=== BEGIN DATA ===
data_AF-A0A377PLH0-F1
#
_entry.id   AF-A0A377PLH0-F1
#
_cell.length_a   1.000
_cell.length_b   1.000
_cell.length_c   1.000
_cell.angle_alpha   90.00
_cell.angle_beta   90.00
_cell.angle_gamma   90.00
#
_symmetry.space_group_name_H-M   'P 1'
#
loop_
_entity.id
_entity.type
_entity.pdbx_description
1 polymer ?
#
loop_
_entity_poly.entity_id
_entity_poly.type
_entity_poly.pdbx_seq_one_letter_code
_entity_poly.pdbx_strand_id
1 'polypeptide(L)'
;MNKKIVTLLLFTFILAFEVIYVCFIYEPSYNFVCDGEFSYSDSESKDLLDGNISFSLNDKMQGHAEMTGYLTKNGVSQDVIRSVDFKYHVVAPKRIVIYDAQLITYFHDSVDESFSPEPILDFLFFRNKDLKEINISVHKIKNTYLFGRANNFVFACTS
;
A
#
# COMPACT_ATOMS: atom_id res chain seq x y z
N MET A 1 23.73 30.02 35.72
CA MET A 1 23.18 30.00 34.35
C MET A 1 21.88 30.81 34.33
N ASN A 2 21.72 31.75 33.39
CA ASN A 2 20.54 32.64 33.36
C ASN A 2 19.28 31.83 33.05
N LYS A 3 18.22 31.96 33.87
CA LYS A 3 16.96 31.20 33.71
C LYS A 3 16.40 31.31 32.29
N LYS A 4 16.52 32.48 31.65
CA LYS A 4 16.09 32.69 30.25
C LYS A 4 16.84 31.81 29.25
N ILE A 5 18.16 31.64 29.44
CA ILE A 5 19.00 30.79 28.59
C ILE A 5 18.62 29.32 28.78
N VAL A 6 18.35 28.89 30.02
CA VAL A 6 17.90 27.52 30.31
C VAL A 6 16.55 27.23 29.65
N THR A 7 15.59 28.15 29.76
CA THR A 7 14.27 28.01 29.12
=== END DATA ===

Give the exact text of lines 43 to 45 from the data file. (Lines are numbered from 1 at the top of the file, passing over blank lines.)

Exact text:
N ILE A 5 18.16 31.64 29.44
CA ILE A 5 19.00 30.79 28.59
C ILE A 5 18.62 29.32 28.78